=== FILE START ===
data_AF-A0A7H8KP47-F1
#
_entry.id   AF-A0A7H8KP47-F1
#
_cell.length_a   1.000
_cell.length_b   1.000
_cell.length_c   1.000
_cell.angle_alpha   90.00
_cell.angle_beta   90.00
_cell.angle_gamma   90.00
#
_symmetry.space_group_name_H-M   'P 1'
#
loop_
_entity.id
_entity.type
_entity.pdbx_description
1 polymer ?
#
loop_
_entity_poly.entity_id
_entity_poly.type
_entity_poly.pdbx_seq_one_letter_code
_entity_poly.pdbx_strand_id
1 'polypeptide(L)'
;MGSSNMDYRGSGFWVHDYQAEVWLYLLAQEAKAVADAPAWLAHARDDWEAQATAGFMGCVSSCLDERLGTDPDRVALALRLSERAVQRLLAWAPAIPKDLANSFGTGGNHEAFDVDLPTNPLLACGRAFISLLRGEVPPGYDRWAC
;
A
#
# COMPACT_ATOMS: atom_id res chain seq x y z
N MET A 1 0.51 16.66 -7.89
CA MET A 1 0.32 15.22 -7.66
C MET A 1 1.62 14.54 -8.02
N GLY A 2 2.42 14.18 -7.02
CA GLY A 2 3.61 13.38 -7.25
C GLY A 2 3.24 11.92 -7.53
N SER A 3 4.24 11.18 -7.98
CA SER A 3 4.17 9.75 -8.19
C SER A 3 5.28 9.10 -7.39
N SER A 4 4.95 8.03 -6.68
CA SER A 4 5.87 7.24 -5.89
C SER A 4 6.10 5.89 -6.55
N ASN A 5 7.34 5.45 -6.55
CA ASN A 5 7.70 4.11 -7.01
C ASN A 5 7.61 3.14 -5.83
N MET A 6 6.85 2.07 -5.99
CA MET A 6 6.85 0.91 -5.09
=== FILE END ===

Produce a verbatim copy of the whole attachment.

data_AF-A0A7H8KP47-F1
#
_entry.id   AF-A0A7H8KP47-F1
#
_cell.length_a   1.000
_cell.length_b   1.000
_cell.length_c   1.000
_cell.angle_alpha   90.00
_cell.angle_beta   90.00
_cell.angle_gamma   90.00
#
_symmetry.space_group_name_H-M   'P 1'
#
loop_
_entity.id
_entity.type
_entity.pdbx_description
1 polymer ?
#
loop_
_entity_poly.entity_id
_entity_poly.type
_entity_poly.pdbx_seq_one_letter_code
_entity_poly.pdbx_strand_id
1 'polypeptide(L)'
;MGSSNMDYRGSGFWVHDYQAEVWLYLLAQEAKAVADAPAWLAHARDDWEAQATAGFMGCVSSCLDERLGTDPDRVALALRLSERAVQRLLAWAPAIPKDLANSFGTGGNHEAFDVDLPTNPLLACGRAFISLLRGEVPPGYDRWAC
;
A
#
# COMPACT_ATOMS: atom_id res chain seq x y z
N MET A 1 0.51 16.66 -7.89
CA MET A 1 0.32 15.22 -7.66
C MET A 1 1.62 14.54 -8.02
N GLY A 2 2.42 14.18 -7.02
CA GLY A 2 3.61 13.38 -7.25
C GLY A 2 3.24 11.92 -7.53
N SER A 3 4.24 11.18 -7.98
CA SER A 3 4.17 9.75 -8.19
C SER A 3 5.28 9.10 -7.39
N SER A 4 4.95 8.03 -6.68
CA SER A 4 5.87 7.24 -5.89
C SER A 4 6.10 5.89 -6.55
N ASN A 5 7.34 5.45 -6.55
CA ASN A 5 7.70 4.11 -7.01
C ASN A 5 7.61 3.14 -5.83
N MET A 6 6.85 2.07 -5.99
CA MET A 6 6.85 0.91 -5.09